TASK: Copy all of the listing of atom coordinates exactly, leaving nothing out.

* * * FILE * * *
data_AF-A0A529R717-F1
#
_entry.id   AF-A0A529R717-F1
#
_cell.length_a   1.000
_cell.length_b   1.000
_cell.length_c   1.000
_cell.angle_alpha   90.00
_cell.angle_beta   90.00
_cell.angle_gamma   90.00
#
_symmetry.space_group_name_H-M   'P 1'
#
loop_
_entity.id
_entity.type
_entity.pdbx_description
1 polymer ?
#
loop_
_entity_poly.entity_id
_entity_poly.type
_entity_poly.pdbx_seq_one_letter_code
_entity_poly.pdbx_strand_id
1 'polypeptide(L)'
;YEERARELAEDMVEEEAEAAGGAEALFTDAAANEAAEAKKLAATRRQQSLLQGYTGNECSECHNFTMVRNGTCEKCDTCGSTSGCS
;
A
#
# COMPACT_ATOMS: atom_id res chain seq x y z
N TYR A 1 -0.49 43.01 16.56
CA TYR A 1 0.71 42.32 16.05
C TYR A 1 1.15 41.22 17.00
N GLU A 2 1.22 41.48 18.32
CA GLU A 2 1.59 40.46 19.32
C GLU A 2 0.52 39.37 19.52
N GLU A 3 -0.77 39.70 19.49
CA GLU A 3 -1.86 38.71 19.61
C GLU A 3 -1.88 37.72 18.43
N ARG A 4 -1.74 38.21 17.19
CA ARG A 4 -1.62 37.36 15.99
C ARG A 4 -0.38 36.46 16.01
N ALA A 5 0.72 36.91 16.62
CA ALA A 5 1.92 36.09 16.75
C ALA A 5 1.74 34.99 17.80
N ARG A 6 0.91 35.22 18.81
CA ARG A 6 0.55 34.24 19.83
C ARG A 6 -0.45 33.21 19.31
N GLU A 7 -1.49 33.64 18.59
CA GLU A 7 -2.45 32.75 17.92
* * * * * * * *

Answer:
data_AF-A0A529R717-F1
#
_entry.id   AF-A0A529R717-F1
#
_cell.length_a   1.000
_cell.length_b   1.000
_cell.length_c   1.000
_cell.angle_alpha   90.00
_cell.angle_beta   90.00
_cell.angle_gamma   90.00
#
_symmetry.space_group_name_H-M   'P 1'
#
loop_
_entity.id
_entity.type
_entity.pdbx_description
1 polymer ?
#
loop_
_entity_poly.entity_id
_entity_poly.type
_entity_poly.pdbx_seq_one_letter_code
_entity_poly.pdbx_strand_id
1 'polypeptide(L)'
;YEERARELAEDMVEEEAEAAGGAEALFTDAAANEAAEAKKLAATRRQQSLLQGYTGNECSECHNFTMVRNGTCEKCDTCGSTSGCS
;
A
#
# COMPACT_ATOMS: atom_id res chain seq x y z
N TYR A 1 -0.49 43.01 16.56
CA TYR A 1 0.71 42.32 16.05
C TYR A 1 1.15 41.22 17.00
N GLU A 2 1.22 41.48 18.32
CA GLU A 2 1.59 40.46 19.32
C GLU A 2 0.52 39.37 19.52
N GLU A 3 -0.77 39.70 19.49
CA GLU A 3 -1.86 38.71 19.61
C GLU A 3 -1.88 37.72 18.43
N ARG A 4 -1.74 38.21 17.19
CA ARG A 4 -1.62 37.36 15.99
C ARG A 4 -0.38 36.46 16.01
N ALA A 5 0.72 36.91 16.62
CA ALA A 5 1.92 36.09 16.75
C ALA A 5 1.74 34.99 17.80
N ARG A 6 0.91 35.22 18.81
CA ARG A 6 0.55 34.24 19.83
C ARG A 6 -0.45 33.21 19.31
N GLU A 7 -1.49 33.64 18.59
CA GLU A 7 -2.45 32.75 17.92